The Ebola health crisis that has claimed thousands of lives must not be allowed to become a crippling socio-economic crisis as well, said a United Nations Development Programme (UNDP) official, beginning a 10-day visit to the most affected countries: Guinea, Sierra Leone and Liberia.
The Ebola crisis is now threatening to set the worst affected countries back by several years. GDP growth in Guinea, Sierra Leone and Liberia has shrunk by two to three percentage points. The countries are now projected to lose a total of $13 billion as a result of Ebola. People’s livelihoods are shrinking from lost wages and decreased productivity.
The outbreak has also had an impact on social services across the region. In Guinea, primary and secondary schools and universities are closed. In Liberia, vaccine coverage shrank by 50 percent in the first few months of the epidemic.
Food security has also been affected, with fewer women and men able to plant and harvest. As a result, the price of rice has risen by at least 30 percent in Sierra Leone, and in Guinea national rice production is already down 10 percent.
“This devastating health crisis is destroying lives and communities. It is also impairing national economies, wiping out livelihoods and basic services, and could undo years of efforts to stabilize West Africa,” said Magdy Martínez-Solimán, UN Assistant Secretary-General and Director of UNDP’s Bureau for Policy and Programme Support.
“As we work together to end the outbreak, now is the time to ensure these countries can also continue to function and swiftly get back on their feet,” he added.
Guinea, Liberia and Sierra Leone, already suffering from some of the lowest levels of human development in the world, had emerged from years of civil conflict and political instability and were starting to make encouraging progress.
The trip will include site visits to Ebola treatment centers and UNDP project sites as well as meetings with Government authorities and other agencies and institutions involved in halting the spread of the disease. Martínez-Solimán is traveling with Ruby Sandhu-Rojon, the Deputy Director of UNDP’s Regional Bureau for Africa.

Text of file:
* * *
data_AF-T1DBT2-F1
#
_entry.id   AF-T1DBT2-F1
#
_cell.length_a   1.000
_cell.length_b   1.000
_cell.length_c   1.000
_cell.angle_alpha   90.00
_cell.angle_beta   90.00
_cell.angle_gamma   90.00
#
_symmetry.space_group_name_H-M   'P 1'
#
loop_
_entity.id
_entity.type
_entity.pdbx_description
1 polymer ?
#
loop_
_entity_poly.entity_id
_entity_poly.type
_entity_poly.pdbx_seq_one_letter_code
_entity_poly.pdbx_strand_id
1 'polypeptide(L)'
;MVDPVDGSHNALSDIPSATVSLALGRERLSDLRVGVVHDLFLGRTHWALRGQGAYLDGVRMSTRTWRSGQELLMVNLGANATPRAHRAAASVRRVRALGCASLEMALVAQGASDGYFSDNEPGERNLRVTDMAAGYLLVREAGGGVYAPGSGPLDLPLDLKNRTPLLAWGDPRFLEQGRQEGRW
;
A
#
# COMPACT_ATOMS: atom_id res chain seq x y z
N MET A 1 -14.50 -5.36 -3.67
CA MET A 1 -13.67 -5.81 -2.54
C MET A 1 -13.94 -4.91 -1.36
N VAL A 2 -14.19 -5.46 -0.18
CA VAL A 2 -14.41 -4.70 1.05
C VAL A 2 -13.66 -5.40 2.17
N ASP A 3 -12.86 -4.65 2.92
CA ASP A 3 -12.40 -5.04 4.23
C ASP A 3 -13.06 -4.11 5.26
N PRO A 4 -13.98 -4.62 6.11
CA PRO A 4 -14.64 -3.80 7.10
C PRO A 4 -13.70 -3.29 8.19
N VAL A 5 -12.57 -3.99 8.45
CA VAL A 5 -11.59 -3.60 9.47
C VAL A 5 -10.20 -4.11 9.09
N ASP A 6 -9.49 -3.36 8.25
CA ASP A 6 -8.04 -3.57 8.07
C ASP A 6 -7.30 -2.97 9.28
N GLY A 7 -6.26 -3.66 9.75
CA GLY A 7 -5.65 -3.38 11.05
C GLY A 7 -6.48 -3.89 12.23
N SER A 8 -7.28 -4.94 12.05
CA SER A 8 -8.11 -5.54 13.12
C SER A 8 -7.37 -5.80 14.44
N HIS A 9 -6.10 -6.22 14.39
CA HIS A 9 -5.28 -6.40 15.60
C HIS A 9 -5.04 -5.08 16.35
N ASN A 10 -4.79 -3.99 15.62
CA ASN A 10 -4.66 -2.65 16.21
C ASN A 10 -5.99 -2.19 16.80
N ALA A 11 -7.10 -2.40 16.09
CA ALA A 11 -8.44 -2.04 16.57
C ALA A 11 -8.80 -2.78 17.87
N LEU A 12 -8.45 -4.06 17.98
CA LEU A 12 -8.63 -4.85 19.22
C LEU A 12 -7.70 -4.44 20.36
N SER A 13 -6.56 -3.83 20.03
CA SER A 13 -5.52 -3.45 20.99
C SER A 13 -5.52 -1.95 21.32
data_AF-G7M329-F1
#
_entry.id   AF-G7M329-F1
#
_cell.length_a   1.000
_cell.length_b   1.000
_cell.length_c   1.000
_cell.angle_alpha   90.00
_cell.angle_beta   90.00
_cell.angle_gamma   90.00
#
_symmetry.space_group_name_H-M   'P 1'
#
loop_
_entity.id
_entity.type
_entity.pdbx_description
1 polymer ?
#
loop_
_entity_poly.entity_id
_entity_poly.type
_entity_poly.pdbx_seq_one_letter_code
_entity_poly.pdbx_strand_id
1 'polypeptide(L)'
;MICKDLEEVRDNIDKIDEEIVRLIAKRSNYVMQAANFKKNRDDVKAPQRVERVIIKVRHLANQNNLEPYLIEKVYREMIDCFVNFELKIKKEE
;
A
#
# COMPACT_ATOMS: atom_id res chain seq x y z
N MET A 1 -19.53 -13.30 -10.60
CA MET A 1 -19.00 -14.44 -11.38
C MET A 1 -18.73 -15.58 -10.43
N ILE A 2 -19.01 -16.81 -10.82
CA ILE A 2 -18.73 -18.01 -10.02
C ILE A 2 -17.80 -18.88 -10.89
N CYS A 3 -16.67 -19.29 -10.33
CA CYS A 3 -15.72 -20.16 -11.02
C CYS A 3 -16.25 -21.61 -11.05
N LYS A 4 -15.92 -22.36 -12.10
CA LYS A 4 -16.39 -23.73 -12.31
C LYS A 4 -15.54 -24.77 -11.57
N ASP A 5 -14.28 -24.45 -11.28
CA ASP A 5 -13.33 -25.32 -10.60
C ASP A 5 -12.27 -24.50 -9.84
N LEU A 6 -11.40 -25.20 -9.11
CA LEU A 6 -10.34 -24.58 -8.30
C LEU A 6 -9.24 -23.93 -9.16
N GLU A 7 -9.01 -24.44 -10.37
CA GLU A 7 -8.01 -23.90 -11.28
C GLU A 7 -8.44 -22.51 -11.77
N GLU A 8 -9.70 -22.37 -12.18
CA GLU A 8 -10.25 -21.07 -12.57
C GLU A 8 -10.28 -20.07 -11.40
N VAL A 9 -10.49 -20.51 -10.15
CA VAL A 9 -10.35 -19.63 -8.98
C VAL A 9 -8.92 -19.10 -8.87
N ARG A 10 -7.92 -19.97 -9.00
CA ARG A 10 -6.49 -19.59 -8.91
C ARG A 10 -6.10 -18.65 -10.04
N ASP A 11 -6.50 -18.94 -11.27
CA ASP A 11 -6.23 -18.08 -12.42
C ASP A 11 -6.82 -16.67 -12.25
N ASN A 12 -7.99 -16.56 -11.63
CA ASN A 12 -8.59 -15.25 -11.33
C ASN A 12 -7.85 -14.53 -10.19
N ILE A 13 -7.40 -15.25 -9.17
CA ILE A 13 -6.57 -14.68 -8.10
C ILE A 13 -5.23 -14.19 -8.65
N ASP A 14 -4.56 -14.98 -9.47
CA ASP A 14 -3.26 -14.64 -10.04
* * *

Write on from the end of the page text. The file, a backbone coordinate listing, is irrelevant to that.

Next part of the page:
At the end of September, the United Nations stepped up its effort to end the epidemic, by establishing the UN Mission for Ebola Emergency Response (UNMEER), a single structure that will aim to stop the spread of the disease and prevent it from appearing in unaffected countries, as well as treat and care for the infected.
Martínez-Solimán and Sandhu-Rojon will also hold talks with Special Representative and head of UNMEER, Anthony Banbury.
UNDP’s efforts are focused on early recovery – containing the disease and protecting peace dividends and development gains. The agency is realigning its programmes in the three most-affected countries to focus on the crisis, deploying an extra 47 staff, and working closely with the governments to bolster their ability to cope with the crisis.
UNDP’s mandate is three-fold: to boost community information and engagement; to improve access to basic services and conduct impact assessments and recovery plans; and to train police and security services to prevent further spread of the disease. UNDP is also working with partners at the highest level to negotiate humanitarian access and mobilize attention and resources around the crisis.
On 9 October, Abdoulaye Mar Dieye, UN Assistant Secretary-General and Director of UNDP’s Regional Bureau for Africa, will embark on a separate UNDP high-level visit to Ghana, where he will meet with Tony Banbury and discuss how to best coordinate activities with UNMEER.
On 14 October, Dieye, Martínez-Solimán and Sandhu-Rojon will complete their trip jointly in Dakar, where they will meet with regional heads of agencies to boost the UN’s response on the ground.